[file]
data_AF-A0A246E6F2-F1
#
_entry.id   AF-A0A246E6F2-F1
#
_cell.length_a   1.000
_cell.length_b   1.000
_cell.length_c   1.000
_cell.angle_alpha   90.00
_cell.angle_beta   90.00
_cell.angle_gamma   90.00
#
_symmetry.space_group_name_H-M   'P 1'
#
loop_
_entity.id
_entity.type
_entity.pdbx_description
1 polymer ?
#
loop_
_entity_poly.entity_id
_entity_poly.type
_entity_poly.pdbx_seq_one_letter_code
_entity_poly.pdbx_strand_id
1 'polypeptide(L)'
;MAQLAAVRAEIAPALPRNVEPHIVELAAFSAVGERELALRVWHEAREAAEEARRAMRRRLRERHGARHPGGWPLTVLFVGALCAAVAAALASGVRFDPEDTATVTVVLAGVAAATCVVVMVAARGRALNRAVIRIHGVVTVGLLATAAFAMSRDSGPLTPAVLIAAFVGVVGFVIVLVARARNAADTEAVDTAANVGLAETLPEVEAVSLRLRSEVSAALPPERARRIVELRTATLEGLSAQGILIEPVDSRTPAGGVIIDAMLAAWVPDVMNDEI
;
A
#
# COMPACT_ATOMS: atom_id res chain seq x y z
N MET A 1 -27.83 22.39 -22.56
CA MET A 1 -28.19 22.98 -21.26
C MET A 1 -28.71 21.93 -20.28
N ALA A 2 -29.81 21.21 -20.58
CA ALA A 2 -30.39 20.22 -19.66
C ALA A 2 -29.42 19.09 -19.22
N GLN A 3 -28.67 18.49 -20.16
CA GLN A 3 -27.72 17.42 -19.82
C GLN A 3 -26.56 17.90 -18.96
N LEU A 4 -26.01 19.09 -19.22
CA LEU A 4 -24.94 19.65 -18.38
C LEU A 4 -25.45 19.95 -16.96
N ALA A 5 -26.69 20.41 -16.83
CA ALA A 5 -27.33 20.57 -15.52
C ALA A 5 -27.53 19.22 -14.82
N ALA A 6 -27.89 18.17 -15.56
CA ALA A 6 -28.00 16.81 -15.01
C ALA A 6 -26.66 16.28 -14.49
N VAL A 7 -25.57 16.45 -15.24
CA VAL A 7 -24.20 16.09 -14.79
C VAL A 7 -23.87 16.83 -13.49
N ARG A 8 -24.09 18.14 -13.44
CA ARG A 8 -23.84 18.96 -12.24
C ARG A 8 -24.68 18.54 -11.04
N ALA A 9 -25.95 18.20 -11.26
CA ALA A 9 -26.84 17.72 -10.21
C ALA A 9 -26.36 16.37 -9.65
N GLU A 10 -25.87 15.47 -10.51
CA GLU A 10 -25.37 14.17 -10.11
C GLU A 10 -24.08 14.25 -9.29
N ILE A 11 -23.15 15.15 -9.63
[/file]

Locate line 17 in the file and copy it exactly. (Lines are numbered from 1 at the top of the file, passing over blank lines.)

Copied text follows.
_entity.pdbx_description